The University of Texas at Austin School of Architecture

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fall 2008

ARC 560R:
Ghost Towns and By-Product Landscapes

Jason Sowell


Nearly 1,000 ghost towns dot the Texas landscape, each a testament to shifts in economic activity, transportation infrastructure, or climatic systems. Their obsolescence provides visible confirmation of the American landscape’s dynamic nature, and marks the abandonment characteristic of working landscapes defined by industrial decline, resource extraction, or agricultural exhaustion.

To date, the city of Bridgeport has resisted the above fate through the sequential exploitation of one resource after another. Yet, as an agrarian economy [cattle and cotton] transitioned to a mineral based economy [coal, aggregate, natural gas], the patterns of extraction have imparted a number of scars upon the landscape, and increasingly stressed local and regional infrastructure utilized in the transportation of raw materials. In order to ensure that future economic development relies less and less on finite resource extraction, the City’s Economic Development Corporation has initiated a number of projects and studies intended to direct the City’s and the County’s future land use. The policies anticipate the reclamation of 5,000 acres of aggregate quarries, and seek to establish a recreation based economy that takes advantage of the LBJ Grasslands’ existing 27,000 acres, Lake Bridgeport, the Trinity River’s west branch, and the development of new recreation focused landscapes and support facilities.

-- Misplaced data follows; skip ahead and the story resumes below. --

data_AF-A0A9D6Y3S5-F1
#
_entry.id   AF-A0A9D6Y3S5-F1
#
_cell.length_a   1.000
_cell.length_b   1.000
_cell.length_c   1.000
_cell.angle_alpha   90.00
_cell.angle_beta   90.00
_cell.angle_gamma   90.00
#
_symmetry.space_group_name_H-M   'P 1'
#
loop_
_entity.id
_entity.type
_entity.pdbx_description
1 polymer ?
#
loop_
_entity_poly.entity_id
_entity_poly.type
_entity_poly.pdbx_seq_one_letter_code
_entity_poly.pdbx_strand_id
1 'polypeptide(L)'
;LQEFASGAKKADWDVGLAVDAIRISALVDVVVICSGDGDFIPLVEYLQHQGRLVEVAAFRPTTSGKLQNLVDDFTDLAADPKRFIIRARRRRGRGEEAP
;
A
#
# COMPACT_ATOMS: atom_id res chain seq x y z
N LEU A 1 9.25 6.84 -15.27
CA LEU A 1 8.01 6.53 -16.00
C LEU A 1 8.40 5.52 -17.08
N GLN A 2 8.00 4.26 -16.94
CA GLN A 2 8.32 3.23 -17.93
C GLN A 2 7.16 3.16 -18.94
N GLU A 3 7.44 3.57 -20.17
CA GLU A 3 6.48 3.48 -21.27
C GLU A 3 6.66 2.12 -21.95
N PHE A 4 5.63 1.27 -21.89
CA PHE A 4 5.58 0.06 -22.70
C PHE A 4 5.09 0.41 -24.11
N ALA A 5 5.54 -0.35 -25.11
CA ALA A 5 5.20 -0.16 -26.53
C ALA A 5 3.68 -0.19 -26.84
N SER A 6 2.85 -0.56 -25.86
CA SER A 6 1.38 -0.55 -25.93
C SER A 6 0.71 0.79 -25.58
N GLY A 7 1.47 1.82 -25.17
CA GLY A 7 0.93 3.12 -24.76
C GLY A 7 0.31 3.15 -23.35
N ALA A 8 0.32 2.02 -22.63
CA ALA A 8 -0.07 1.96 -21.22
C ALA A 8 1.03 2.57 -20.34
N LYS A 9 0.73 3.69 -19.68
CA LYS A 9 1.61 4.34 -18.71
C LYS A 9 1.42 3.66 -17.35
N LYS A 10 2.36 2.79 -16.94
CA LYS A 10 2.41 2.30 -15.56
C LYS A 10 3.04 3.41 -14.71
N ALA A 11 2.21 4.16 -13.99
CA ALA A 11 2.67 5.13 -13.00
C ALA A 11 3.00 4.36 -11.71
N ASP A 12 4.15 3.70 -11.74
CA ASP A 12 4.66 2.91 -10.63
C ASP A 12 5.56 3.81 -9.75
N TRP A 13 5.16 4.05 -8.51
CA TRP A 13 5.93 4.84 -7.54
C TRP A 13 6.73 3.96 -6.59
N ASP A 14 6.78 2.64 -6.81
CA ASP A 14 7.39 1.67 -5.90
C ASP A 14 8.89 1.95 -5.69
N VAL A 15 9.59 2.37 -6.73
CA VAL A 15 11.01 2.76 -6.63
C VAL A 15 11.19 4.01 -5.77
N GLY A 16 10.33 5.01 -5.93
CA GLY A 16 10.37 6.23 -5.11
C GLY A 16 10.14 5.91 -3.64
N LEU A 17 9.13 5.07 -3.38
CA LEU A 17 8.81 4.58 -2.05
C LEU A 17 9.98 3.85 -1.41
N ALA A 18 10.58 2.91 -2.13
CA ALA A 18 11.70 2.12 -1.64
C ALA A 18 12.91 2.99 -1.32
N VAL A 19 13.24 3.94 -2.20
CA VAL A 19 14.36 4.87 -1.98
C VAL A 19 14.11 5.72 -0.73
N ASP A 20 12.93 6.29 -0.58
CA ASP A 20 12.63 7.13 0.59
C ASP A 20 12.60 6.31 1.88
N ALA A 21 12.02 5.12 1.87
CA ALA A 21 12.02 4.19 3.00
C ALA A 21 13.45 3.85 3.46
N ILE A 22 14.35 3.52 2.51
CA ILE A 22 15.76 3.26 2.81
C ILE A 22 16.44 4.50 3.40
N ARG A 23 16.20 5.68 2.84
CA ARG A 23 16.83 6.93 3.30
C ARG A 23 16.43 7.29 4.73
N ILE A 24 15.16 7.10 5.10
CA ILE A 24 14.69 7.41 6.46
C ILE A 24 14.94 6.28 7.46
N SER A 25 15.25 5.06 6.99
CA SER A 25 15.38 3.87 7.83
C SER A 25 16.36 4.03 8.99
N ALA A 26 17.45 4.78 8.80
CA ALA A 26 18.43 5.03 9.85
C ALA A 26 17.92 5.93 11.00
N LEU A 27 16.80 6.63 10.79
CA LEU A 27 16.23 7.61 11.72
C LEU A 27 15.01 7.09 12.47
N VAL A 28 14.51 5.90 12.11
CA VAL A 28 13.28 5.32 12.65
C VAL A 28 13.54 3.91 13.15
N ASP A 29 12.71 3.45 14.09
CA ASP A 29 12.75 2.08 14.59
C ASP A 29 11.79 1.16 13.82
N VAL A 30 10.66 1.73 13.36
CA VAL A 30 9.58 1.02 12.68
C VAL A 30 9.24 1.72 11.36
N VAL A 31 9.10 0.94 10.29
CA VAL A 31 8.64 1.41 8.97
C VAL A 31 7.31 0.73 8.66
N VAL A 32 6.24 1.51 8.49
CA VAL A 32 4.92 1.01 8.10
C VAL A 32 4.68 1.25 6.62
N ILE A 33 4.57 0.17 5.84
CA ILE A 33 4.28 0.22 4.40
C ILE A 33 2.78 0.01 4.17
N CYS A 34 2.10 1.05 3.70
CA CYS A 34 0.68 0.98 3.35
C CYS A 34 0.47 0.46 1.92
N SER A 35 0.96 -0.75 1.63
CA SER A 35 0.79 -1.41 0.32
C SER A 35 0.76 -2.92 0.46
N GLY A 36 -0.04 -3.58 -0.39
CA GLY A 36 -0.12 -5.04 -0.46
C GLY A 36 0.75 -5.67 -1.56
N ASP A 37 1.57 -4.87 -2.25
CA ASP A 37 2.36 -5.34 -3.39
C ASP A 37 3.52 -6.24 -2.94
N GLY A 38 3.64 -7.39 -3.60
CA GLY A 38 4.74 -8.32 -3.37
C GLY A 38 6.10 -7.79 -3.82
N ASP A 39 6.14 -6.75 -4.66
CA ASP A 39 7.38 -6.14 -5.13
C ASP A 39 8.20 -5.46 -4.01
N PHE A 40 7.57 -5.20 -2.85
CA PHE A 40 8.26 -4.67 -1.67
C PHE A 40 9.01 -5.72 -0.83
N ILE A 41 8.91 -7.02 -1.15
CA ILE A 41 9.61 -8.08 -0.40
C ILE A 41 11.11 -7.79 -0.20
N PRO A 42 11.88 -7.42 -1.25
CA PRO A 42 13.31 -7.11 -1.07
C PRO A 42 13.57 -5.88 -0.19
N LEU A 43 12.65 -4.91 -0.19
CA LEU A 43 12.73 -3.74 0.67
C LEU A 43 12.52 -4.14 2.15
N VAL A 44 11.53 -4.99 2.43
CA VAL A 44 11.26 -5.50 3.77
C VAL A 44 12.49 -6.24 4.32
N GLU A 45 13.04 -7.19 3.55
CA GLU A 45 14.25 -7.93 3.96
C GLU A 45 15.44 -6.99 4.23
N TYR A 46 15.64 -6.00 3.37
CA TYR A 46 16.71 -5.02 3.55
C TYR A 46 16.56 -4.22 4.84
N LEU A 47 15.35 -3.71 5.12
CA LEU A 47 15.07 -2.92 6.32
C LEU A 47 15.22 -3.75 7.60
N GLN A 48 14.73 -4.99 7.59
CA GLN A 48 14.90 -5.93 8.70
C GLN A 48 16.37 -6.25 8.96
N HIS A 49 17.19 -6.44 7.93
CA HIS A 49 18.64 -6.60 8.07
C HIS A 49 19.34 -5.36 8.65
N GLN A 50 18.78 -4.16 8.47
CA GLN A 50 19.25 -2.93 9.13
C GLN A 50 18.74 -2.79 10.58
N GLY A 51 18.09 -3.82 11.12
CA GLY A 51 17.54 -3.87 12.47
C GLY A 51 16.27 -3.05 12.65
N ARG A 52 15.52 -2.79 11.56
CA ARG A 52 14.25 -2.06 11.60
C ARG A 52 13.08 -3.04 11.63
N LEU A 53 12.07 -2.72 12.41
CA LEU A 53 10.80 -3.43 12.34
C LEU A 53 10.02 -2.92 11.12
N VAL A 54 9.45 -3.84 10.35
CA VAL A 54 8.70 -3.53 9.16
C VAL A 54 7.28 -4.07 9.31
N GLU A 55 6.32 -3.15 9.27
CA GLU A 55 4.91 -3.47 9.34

The studio’s investigations will engage a series of sites at the landscape, urban, and architectural scales, with an emphasis placed on identifying discrete locations within the city of Bridgeport and the 900 square miles of Wise County. In particular, the aggregate pits, the LBJ Grasslands, and potential conservation easements are to be the subjects for much of the reclamation work. Specific sites within these areas will be further informed from programmatic speculation and synthetic mappings that address cultural, ecological, and economic systems.


The studio will augment exiting regional outdoor recreation trends through the development of eco-tourism based landscapes, infrastructure, and support buildings. Depending on each student’s respective discipline and interests, the potential projects include the following typologies:

  1. a park that supports rock climbing, mountain biking, off road vehicles, scuba diving, paintball, hunting, hiking, horseback riding, and field based sports;
  2. an agricultural research station;
  3. a boutique hotel that caters to outdoor enthusiasts;
  4. a truck stop and hostel.


Intradisciplinary in nature, the studio will examine a range of scales and the longterm, phased reclamation of wasted lands. Functional analysis and programmatic speculation will structure each project's narrative framework, such that precise economic, ecological, engineering, and cultural criteria inform the development of appropriate landscape and architectural interventions.